First we will indicate a couple of notable gaps in the proof.
First, there is a gap between the sentences: Assume for
the sake of contradiction that S has no
PROBLEM SET #6 , 18.100C
Problem 1. If f is a continuous mapping of a metric space X into a metric space
Y , prove that f (E) f (E). Show by an example that f (E) can be a proper subset
of f (E).
Solution. If f (E) is empty then the pr
24. Let X be a metric space in which every infinite subset has a
limit point. Prove that X is separable. Hint: Fix > 0, and pick x1
X. Having chosen x1,.,xj X, choose xj+1, if possible, so that
d(xi, xj+1) for i = 1, ., j. Show that this process must sto
PEER REVIEW, 18.100C
FOR CASEY FU
This is review of the paper will consist of two parts. Th rst part is a friendly
review and suggestions on the logic and formatting of the paper. The second part
suggests some more spec
PAPER REVIEW, 18.100C
FOR KEVIN Y. CHEN
This is review of the paper will consist of two parts. The rst part includes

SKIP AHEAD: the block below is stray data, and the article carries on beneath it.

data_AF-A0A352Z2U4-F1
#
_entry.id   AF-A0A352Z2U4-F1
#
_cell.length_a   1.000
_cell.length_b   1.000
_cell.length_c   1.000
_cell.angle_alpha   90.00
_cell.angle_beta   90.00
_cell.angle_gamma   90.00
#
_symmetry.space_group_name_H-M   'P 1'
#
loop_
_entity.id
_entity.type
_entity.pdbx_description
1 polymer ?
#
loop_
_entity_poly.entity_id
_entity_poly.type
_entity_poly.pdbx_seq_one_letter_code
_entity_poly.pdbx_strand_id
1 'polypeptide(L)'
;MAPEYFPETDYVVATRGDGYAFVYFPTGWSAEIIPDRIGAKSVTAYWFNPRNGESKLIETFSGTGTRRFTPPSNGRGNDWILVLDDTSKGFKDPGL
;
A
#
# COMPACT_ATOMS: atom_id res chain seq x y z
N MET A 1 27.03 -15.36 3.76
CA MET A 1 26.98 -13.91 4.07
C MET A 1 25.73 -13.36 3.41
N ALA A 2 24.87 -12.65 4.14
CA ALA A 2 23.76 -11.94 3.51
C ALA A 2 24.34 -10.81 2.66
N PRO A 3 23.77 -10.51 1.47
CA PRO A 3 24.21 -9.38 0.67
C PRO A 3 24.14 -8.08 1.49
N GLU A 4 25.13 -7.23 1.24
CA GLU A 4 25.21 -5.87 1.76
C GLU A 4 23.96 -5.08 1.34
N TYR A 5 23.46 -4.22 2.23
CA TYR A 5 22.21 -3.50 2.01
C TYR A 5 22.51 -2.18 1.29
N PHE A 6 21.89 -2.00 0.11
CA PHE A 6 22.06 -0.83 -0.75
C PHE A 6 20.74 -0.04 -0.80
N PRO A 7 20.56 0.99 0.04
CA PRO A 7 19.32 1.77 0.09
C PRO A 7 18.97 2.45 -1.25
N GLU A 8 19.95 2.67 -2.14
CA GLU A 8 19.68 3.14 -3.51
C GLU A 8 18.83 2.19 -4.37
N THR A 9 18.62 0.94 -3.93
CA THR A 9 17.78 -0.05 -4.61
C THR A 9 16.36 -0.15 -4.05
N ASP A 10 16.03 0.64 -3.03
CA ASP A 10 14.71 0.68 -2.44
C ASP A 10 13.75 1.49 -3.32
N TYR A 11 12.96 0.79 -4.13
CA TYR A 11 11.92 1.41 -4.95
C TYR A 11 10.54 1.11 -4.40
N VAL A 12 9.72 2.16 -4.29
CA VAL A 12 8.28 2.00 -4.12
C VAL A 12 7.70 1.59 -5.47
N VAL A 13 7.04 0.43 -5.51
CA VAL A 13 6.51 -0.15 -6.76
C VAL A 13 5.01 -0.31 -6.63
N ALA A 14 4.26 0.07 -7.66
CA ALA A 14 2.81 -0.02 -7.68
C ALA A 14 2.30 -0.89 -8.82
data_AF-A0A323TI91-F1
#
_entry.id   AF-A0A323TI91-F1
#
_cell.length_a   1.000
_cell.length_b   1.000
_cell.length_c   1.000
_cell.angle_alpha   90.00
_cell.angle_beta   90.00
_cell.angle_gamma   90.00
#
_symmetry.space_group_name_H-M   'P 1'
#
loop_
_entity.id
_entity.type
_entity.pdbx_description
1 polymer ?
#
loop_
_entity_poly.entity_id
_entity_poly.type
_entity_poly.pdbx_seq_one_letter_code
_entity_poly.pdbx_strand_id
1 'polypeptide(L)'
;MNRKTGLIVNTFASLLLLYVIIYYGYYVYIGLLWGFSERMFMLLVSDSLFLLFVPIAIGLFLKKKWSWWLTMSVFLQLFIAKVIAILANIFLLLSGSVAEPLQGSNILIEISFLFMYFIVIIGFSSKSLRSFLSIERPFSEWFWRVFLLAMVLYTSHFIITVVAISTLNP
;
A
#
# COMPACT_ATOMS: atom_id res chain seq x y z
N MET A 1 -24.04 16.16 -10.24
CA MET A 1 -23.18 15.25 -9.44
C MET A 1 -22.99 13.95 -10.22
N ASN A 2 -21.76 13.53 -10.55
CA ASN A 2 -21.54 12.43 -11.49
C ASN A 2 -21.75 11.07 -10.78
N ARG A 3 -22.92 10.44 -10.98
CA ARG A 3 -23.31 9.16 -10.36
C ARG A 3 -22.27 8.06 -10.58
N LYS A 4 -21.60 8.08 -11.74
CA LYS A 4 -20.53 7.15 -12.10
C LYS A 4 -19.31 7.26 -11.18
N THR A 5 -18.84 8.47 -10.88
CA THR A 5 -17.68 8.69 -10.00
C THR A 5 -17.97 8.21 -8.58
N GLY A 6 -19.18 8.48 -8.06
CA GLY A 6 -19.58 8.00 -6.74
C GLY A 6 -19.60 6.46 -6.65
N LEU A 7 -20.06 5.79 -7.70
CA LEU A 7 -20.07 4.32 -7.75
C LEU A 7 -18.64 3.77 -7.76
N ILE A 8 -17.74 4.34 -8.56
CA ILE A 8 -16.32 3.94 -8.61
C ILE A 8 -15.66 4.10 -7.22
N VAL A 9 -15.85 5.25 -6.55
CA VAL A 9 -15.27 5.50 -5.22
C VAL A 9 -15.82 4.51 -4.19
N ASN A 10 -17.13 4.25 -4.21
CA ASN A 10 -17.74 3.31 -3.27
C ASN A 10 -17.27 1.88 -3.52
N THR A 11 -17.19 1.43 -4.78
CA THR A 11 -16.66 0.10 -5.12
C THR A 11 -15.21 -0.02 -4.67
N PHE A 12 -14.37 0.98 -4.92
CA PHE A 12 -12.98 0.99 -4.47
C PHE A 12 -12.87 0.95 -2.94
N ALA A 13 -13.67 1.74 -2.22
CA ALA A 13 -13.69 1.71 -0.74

friendly notes and comments on the mathematical context and logic of the paper.
The second part focuse
PEER REVIEW, 18.100C
FOR A. SCHVARTZMAN
First of all I have to say that you did a great job and your communication on
each audience is praise worthy! It was a great pleasure to read your paper! Way
to go! They were hard
WRITING ASSIGNMENT #3 , 18.100C
In this paper we shall dene and prove wherever applicable, the triangle inequality to three dierent audiences. We specically chose Michael Artin, Arnold
Schwarzenegger and Pythagoras.
18.100C: A DEEPER LOOK INTO REAL SEGMENTS
A BSTRACT. In this paper we encounter the question whether a subset of an uncountable
set can be countable under certain properties. Further questioning and extensions are provided.
PROBLEM SET #9 , 18.100C
Problem 1. Recall that B 1 ([a, b]) is dened as the space of functions f : [a, b] R
which are everywhere dierentiable and whose derivative f ? is a bounded function.
One equips this space with the metric
PROBLEM SET #7 , 18.100C
Problem 1. Recall that in class, we have dened cos(x) = 1 x2 /2 + x4 /4! .
Suppose that we dene a number /2 as follows: it is the smallest positive number
such that cos(/2) = 0. Show that this denition makes se